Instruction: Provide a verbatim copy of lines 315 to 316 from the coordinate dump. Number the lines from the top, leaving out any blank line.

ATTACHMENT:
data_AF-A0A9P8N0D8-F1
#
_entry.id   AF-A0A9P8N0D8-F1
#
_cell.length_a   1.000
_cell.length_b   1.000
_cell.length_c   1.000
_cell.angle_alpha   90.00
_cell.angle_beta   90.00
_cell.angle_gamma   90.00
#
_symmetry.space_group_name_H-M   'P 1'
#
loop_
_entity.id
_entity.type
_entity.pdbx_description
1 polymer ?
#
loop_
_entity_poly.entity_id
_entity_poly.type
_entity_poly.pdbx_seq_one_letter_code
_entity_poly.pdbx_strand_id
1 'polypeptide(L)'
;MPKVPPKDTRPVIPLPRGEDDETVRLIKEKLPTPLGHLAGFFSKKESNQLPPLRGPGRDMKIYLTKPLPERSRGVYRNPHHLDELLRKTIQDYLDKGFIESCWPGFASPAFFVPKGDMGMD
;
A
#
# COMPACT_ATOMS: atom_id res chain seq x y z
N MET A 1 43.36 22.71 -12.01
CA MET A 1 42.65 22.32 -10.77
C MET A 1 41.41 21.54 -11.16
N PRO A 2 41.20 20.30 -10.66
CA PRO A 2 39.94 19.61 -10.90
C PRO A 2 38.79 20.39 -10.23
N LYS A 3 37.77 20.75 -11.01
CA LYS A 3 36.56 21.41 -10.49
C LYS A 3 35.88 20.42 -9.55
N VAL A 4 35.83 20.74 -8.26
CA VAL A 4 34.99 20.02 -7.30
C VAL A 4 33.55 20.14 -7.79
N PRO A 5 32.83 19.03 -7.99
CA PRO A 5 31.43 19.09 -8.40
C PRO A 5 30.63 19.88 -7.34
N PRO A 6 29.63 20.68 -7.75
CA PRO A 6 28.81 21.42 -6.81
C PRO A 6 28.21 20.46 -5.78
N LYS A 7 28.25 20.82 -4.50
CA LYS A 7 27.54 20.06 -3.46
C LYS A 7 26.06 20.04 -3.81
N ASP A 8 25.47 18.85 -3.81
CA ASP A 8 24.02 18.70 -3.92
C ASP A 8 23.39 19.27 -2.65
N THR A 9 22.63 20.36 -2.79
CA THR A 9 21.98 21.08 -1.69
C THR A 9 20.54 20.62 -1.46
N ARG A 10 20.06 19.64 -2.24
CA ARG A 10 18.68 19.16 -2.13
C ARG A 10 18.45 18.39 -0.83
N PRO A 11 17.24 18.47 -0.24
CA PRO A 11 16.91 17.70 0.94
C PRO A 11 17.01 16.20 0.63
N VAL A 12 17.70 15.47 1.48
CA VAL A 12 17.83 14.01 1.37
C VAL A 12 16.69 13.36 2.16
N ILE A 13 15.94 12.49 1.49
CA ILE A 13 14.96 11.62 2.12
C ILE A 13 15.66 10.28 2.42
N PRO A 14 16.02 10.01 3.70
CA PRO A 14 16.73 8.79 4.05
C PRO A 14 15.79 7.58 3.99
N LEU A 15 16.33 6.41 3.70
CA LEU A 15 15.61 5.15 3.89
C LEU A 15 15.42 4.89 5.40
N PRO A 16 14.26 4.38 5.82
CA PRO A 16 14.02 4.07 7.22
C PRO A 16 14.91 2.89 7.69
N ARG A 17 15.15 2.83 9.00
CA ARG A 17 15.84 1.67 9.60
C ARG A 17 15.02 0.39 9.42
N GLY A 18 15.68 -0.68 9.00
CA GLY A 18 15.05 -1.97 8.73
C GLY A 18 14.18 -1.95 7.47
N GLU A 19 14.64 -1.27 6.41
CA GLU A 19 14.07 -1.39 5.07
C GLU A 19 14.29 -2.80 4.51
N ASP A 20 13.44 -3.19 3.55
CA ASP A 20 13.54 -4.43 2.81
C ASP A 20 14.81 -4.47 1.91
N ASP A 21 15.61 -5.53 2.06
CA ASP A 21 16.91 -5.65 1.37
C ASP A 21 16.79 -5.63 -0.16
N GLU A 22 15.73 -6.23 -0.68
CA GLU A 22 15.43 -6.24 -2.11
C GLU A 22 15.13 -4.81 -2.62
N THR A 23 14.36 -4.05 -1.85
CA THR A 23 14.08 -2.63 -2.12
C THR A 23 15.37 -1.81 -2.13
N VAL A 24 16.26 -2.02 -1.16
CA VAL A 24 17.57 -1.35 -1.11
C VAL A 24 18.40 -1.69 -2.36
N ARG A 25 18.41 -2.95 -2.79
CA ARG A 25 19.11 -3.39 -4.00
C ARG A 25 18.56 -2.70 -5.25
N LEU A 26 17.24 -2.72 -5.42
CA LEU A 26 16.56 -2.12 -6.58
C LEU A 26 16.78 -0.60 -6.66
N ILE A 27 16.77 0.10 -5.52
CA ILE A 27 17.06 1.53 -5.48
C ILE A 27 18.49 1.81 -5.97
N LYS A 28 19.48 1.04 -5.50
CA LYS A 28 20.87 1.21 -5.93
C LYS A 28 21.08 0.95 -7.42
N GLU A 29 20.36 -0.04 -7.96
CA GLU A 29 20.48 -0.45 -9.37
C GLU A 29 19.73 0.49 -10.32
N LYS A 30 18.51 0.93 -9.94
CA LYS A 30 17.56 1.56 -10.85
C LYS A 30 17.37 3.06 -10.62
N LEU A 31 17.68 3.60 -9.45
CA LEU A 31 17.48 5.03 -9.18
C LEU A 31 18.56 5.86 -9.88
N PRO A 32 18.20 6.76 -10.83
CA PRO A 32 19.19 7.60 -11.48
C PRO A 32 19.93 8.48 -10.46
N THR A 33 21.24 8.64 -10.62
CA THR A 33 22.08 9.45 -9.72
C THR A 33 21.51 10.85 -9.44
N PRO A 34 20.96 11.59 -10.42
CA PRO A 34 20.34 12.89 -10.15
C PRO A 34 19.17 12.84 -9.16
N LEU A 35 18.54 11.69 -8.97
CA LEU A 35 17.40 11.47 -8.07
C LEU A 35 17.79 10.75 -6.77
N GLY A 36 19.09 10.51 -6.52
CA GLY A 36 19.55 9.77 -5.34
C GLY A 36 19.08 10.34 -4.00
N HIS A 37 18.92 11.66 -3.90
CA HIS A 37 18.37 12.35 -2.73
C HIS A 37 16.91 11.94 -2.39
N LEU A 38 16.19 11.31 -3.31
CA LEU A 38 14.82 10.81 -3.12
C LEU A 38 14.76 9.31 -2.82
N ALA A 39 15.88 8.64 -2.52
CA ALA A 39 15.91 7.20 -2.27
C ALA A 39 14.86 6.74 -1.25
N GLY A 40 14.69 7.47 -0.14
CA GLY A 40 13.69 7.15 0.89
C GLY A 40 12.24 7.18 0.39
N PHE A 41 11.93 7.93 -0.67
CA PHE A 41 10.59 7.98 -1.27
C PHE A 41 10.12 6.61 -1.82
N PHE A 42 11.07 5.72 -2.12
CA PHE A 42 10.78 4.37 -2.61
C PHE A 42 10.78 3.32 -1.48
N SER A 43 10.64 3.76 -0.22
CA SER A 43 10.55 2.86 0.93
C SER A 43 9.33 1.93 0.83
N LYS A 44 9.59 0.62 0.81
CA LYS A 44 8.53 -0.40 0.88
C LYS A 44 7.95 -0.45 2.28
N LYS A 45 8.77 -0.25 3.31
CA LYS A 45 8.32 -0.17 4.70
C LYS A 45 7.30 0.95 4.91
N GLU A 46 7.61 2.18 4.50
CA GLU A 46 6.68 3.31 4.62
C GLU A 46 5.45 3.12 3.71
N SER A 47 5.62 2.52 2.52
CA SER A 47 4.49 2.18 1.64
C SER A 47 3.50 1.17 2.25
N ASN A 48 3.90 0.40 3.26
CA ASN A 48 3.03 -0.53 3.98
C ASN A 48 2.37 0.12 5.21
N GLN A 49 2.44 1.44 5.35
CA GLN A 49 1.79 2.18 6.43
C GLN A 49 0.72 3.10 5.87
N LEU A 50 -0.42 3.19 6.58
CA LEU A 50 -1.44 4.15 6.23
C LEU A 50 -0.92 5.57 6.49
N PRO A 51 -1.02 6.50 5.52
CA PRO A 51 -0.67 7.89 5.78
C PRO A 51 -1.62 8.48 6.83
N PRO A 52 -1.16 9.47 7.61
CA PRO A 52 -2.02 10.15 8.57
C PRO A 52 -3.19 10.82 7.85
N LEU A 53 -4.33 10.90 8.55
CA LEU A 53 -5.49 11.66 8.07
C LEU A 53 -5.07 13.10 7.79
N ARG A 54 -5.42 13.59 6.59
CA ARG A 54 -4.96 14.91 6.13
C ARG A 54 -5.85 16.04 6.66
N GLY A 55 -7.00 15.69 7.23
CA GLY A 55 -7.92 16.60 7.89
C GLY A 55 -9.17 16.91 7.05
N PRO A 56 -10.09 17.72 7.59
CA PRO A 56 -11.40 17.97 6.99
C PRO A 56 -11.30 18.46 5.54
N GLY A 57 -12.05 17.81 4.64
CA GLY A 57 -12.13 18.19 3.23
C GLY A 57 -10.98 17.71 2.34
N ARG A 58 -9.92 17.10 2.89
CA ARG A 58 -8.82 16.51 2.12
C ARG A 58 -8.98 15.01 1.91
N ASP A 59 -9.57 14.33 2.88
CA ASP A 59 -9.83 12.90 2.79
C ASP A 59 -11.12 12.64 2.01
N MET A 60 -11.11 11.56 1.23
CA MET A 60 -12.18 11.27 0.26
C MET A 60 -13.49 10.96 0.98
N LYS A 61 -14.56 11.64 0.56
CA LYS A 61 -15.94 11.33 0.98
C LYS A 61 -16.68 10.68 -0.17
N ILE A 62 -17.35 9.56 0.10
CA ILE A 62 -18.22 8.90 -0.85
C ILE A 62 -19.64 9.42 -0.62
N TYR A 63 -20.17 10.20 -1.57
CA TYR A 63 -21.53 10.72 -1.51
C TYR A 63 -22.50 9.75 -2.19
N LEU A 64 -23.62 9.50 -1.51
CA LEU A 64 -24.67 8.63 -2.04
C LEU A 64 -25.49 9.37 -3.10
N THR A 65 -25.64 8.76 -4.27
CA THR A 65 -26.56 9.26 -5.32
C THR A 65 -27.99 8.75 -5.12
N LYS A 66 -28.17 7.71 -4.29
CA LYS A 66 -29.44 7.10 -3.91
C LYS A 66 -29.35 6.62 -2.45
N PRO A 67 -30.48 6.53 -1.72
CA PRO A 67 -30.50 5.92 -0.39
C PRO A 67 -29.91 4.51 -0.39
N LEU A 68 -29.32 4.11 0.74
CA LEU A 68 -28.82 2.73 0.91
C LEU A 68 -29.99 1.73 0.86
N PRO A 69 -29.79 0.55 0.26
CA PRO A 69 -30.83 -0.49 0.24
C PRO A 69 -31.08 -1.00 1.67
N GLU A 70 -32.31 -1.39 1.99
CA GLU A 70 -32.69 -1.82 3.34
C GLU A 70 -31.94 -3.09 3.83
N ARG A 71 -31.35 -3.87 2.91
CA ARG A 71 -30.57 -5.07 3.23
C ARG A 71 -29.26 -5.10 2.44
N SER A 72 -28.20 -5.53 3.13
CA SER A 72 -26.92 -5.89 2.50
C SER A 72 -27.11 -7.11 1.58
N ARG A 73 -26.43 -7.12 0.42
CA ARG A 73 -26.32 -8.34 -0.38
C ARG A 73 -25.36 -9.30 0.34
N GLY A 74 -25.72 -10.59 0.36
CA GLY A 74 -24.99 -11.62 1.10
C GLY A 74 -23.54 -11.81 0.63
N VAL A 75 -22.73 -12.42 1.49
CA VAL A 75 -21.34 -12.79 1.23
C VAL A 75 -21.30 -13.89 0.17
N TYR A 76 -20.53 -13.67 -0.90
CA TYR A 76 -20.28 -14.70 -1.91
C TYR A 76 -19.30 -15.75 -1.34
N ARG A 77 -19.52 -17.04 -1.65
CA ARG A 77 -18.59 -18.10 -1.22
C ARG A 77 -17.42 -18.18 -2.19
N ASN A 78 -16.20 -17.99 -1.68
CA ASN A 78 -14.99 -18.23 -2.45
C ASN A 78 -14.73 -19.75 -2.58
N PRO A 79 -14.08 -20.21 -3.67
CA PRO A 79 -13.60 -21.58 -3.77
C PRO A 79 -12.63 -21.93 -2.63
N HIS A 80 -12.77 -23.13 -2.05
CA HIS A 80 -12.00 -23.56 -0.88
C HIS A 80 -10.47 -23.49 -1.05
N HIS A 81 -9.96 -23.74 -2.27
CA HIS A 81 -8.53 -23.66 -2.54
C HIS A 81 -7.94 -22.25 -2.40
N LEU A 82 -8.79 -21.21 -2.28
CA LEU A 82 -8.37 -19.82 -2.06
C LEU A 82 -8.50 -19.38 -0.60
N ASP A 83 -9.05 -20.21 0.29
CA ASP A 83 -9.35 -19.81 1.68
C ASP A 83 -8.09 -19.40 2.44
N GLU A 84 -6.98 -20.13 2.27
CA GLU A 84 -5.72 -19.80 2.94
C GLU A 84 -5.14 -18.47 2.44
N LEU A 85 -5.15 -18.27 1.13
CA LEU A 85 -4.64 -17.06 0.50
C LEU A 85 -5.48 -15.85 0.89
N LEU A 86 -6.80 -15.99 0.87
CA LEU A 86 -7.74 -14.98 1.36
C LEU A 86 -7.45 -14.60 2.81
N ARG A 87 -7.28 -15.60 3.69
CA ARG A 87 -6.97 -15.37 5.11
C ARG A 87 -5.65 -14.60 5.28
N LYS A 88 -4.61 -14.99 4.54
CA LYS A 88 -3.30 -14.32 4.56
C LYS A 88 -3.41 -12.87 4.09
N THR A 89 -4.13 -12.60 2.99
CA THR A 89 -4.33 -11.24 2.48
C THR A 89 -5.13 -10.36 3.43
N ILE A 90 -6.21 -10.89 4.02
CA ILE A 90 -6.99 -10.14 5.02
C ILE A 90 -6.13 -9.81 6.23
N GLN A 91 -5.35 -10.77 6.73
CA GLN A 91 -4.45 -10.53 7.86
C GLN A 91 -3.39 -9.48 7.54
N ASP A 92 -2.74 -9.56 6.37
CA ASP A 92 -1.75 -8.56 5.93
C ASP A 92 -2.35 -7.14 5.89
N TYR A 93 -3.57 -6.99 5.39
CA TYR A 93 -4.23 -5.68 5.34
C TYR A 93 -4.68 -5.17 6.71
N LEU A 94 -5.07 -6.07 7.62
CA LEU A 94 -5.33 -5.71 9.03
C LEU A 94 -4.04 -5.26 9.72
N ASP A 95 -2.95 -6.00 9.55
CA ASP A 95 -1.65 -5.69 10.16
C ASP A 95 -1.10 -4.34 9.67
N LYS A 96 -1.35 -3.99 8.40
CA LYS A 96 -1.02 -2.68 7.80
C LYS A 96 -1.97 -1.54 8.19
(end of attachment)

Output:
C ASP A 95 -1.10 -4.34 9.67
N LYS A 96 -1.35 -3.99 8.40